And he did. For 21 minutes on Tuesday, Rollins gave the most in-depth glimpse into his impending free agency, believing a deal will get done with the Phillies, even though he adamantly stated he wants a five-year deal.
"I'm looking to get five years, but if it's gonna be shorter, it'll have to be a fifth-year option or something," Rollins said. "My option."
Rollins and general manager Ruben Amaro Jr., both expressed a desire for the shortstop to remain in Philadelphia, but understand the business side of negotiations can barricade putting pen to paper. The Phillies have the first crack at signing Rollins. There's a five-day window starting the day after the World Series ends where only the Phillies can negotiate with Rollins. After that, other teams can jump in.
"Jimmy knows exactly where we stand as far as whether we want him back or not," Amaro said. "There's no question about whether we want Jimmy back, and be in our uniform and play shortstop for us for the next several years. Whether that happens depends on whether we can get to the finish line on it."
Said Rollins: "If they made an offer now and it was great for both sides, it'd probably be a no-brainer. It wouldn't be too much to think about just because I've been here and I like it here. It's a great place to play right now."
The biggest hurdle appears to be the length of the contract. The Phillies may be hesitant to re-sign Rollins for five years because of declining offensive numbers since his MVP season in 2007, and stints on the disabled list the last two seasons. Rollins, who appeared in 142 games this year, ranked 15th in batting average (.268) among all shortstops with at least 300 plate appearances, 10th in on-base percentage (.338), and 11th in slugging percentage (.399). In 2010 under the same criteria, Rollins ranked 26th in batting average (.243), 15th in on-base percentage (.320) and 17th in slugging (.374).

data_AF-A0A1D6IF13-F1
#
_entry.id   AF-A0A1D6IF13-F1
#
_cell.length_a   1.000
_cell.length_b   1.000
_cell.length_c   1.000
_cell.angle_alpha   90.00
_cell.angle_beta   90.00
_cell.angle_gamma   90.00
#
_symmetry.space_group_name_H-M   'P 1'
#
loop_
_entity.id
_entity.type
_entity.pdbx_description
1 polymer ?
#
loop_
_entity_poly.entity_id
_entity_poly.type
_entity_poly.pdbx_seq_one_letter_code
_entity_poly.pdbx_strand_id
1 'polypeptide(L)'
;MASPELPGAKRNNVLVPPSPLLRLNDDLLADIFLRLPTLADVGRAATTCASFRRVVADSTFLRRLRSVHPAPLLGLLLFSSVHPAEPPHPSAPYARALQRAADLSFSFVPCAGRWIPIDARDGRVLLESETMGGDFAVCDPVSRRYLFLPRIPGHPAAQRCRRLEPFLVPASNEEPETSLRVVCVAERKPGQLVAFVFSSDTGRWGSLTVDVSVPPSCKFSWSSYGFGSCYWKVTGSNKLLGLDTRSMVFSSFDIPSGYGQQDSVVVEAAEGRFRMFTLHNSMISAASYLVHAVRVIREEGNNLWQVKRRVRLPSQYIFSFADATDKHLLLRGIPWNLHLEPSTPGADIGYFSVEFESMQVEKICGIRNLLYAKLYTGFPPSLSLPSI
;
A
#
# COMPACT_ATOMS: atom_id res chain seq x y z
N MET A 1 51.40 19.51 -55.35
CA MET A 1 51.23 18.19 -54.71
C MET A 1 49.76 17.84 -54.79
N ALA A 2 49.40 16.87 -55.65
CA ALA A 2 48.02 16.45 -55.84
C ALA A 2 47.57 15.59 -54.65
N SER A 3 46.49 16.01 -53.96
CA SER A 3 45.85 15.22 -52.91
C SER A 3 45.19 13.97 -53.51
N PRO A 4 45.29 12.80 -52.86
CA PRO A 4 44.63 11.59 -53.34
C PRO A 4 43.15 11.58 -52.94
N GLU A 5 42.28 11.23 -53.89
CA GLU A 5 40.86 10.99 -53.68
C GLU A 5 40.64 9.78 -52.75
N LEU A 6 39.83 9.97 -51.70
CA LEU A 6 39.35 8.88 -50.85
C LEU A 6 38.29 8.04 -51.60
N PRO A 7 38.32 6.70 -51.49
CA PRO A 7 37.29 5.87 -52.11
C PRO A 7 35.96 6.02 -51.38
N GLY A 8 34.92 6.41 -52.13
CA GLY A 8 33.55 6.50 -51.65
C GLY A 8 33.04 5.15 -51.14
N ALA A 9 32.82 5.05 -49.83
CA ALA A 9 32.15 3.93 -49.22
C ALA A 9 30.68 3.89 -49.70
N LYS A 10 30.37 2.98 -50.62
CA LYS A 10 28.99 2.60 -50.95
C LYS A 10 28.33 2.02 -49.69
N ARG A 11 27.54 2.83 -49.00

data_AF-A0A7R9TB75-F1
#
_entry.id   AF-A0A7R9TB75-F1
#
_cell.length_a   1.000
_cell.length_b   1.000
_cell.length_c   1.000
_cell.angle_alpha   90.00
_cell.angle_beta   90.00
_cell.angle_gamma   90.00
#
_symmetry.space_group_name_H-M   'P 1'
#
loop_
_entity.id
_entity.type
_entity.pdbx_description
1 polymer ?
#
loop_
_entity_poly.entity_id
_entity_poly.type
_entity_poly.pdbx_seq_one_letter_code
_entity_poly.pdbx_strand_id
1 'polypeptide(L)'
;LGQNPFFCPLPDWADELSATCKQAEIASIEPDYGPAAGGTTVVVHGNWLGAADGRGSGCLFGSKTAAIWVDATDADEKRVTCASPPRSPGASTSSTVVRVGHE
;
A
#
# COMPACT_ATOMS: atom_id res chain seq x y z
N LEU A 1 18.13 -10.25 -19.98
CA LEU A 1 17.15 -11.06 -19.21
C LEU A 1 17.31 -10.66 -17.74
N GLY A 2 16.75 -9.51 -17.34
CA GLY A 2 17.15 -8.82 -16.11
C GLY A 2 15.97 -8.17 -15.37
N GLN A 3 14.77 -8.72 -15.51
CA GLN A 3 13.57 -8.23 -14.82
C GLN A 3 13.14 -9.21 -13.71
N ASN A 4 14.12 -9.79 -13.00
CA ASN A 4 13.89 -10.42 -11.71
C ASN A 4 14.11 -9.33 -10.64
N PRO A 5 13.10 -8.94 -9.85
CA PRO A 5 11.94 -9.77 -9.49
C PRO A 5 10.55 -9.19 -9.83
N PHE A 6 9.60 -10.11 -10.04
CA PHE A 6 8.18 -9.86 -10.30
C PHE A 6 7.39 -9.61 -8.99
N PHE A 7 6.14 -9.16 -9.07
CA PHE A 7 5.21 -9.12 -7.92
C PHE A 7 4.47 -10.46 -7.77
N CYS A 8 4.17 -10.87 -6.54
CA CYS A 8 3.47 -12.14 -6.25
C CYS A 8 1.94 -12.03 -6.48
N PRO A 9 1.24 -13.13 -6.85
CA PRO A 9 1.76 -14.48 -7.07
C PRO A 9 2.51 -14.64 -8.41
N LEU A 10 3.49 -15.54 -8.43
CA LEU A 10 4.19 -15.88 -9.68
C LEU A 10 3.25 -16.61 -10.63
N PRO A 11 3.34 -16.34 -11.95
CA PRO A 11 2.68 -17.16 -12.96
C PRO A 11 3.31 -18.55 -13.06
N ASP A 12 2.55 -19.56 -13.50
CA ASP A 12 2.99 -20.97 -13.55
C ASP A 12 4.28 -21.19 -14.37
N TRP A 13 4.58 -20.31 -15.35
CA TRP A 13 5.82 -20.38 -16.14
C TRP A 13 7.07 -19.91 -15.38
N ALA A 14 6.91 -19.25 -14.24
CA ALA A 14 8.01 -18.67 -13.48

He struggled to stay on the field in 2010 because of a strained right calf, and a strained right groin caused him to miss more than three weeks from the end of August through the beginning of September this year. Much of his game, namely baserunning and defensive range, is predicated on the health of his legs, which impacts perhaps Rollins' biggest bargaining chip. His .988 fielding percentage tied for third among all shortstops this past season, behind only Troy Tulowitzki and J.J. Hardy.
Rollins said his gut feeling is there's a good chance a deal will be reached, but cautioned, "gut feelings don't always make good business decisions."
So, what's the number?
For comparison, Derek Jeter signed a three-year, $51 million deal with the Yankees last December with a player option for a fourth year. Jeter was 36 when he signed the contract, while Rollins will turn 33 before Opening Day next season. He said he would consider a shorter contract if he was older, but thinks he has six more years of being a productive player, health permitting.
The Phillies probably won't go that high, but a number in the $40-48 million range seems plausible. But will that be enough? A smart business man wouldn't begrudge Rollins for holding out on inking his name on anything until he sees how the market values him.
"If I was to go somewhere else it would probably be for money and for years and to another good team," Rollins said. "I'm just not gonna go somewhere just because they're giving you a lot of money. It has to be the right circumstance. Team's winning now or winning three months within the season. I can't be waiting too long. I'm not used to losing anymore."
Amaro has pictured a scenario without Rollins in red pinstripes for the first time since he signed with the Phillies in 1996.
"I would say it would be a huge blow for us, but not insurmountable."
The organization appears split on whether Triple-A shortstop Freddy Galvis is ready to be an everyday shortstop for a World Series contender. Galvis, who will turn 22 by Opening Day 2012, was named the Phillies' top offensive Minor Leaguer for 2011 after batting .278. Additionally, his fielding is considered above average.
But make no mistake, seeing Rollins walk would mark the end of one of the greatest runs an athlete has ever had in this city. It was Rollins who proclaimed the Phillies the team to beat in 2007, which started the current five-year run of success the franchise had never seen in 129 years of existence. It was Rollins who helped transcend baseball in South Philadelphia from anguish to nirvana.
Without him, the Phillies lose more than just an everyday shortstop.
Nate Mink is an associate reporter for MLB.com. This story was not subject to the approval of Major League Baseball or its clubs.